Stars in the sky. They've been around a long time, and been used for many different things by different peoples. Navigation has always been one of their big functions (yay, Polaris!). I also think immediately of the Greek constellations which still remain part of our culture today. That's pretty impressive staying power, and it's clear to me that whatever society is first to assign a categorization system to something can retain great influence in the way that thing is represented by other groups (for a very long time!). I should also mention the Southern Cross, which features on my husband's native flag. I've seen it from the Southern Hemisphere - and boy, is it a kick to see Orion upside-down!
The other day, stars in the sky featured prominently in the Curious George cartoon show. George went to the country and became so fascinated by the stars that he tried to count them all. This involved him falling asleep counting multiple nights in a row, until he found a constellation he could use to keep track of which regions he was counting. (I wouldn't have had the heart to tell him it was hopeless, would you?) The interesting part for me was when he went back to the city and tried to count, he couldn't see the stars at all until a citywide blackout occurred. Something about that episode had a beautiful, personal quality for me. It's not just about whether the stars are there, or about teaching that cities have a lot of light that obscures the stars - it also had George being sad that he couldn't see the stars that were his friends. Perhaps it's a little like my own feeling of oddity when I see Betelgeuse below Orion's belt: it situates me in the world.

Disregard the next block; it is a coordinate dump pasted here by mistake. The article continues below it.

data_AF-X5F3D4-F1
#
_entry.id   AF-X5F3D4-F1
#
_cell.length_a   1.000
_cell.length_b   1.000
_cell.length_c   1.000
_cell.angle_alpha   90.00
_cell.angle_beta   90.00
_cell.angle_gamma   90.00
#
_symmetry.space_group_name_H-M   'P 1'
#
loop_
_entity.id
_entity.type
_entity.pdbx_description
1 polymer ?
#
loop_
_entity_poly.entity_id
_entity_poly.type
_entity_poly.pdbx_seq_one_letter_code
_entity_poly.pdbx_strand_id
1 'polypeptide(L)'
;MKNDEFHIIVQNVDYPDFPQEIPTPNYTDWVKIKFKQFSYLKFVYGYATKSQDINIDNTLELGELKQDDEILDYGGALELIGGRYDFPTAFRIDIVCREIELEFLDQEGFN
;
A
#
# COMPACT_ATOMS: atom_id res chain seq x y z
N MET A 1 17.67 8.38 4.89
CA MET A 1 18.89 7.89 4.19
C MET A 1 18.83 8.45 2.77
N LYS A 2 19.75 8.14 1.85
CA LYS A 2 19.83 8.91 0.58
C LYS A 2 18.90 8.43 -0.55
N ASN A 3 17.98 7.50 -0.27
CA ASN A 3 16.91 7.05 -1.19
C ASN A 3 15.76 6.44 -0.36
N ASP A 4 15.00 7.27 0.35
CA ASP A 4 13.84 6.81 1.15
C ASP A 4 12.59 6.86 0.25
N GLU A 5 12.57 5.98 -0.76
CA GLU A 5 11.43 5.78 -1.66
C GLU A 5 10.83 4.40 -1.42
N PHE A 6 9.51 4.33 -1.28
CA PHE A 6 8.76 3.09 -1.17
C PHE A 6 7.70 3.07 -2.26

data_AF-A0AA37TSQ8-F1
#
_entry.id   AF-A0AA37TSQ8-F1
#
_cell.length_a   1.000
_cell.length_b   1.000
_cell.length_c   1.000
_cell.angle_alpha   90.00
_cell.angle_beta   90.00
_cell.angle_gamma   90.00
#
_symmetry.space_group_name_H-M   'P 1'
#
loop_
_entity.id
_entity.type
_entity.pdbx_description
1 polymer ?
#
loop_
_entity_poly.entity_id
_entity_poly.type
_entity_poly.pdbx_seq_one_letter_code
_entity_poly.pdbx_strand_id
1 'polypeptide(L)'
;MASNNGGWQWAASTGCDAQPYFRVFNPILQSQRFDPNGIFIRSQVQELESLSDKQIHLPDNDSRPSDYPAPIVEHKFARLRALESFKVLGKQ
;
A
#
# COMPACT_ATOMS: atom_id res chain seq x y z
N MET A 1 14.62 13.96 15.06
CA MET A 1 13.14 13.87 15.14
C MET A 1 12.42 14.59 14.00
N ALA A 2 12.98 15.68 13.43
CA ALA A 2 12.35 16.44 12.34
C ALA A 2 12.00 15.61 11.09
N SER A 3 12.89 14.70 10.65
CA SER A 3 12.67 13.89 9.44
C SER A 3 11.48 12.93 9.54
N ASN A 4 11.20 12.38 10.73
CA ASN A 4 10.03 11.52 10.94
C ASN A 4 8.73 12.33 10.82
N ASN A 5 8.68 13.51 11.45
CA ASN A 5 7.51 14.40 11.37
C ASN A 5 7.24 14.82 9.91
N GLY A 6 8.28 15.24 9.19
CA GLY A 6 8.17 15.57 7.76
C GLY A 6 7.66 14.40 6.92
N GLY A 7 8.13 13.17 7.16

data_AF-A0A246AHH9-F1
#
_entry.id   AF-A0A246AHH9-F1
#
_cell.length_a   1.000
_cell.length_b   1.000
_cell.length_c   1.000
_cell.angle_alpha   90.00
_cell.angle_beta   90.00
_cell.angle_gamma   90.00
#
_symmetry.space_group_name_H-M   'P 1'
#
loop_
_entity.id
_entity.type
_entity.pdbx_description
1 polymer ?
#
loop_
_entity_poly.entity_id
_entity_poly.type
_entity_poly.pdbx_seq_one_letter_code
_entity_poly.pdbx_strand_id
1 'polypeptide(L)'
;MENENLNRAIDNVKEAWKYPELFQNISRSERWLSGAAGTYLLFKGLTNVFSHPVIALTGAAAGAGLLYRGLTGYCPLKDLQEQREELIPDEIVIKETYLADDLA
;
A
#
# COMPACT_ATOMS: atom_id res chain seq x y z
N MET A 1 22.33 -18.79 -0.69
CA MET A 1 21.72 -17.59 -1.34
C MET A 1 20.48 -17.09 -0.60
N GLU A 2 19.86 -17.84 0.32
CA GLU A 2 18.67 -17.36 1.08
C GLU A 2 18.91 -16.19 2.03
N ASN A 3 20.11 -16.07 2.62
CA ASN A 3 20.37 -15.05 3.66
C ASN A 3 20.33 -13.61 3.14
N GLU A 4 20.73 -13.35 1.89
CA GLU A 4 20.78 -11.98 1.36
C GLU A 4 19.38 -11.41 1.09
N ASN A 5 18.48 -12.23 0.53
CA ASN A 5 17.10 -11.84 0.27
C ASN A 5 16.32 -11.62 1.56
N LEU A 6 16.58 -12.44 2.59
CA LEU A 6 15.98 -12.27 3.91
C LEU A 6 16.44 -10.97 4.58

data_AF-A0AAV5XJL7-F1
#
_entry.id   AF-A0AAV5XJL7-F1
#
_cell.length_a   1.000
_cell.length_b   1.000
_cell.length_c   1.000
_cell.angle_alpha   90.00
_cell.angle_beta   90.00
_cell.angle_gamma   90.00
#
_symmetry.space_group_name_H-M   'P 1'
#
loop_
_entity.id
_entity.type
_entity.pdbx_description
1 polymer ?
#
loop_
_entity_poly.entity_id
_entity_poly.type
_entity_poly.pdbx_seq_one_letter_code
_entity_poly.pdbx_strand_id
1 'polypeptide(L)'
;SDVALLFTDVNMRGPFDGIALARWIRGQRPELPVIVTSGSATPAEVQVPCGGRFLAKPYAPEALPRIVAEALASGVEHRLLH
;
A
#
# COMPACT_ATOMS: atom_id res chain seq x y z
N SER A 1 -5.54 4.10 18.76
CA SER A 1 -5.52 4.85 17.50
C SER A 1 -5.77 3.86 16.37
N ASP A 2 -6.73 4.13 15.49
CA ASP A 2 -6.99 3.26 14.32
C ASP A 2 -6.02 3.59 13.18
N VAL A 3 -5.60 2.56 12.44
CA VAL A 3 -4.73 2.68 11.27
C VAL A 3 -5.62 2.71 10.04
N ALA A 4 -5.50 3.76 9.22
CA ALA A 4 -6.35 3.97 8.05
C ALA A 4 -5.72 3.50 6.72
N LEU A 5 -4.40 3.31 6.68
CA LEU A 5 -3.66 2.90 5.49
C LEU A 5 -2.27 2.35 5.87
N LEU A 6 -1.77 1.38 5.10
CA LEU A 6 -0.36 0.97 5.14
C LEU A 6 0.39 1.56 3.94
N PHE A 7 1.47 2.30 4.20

My Varin world is underground, but when I first wrote about it, I had people swearing by the heavens. Then I went back and said, Hey! One possibility would have been to suggest that they swear by something else. Some of the locals, I decided, do swear by the Pit of Darkness. But instead of "fixing," I decided that the heavens connection should suggest something about the history of the Varin people: that they had once known the stars, but lost them when the society moved underground. From such a simple "error" an entirely new dimension of history and worldbuilding was born, and I'm glad of it.
Here's to the stars.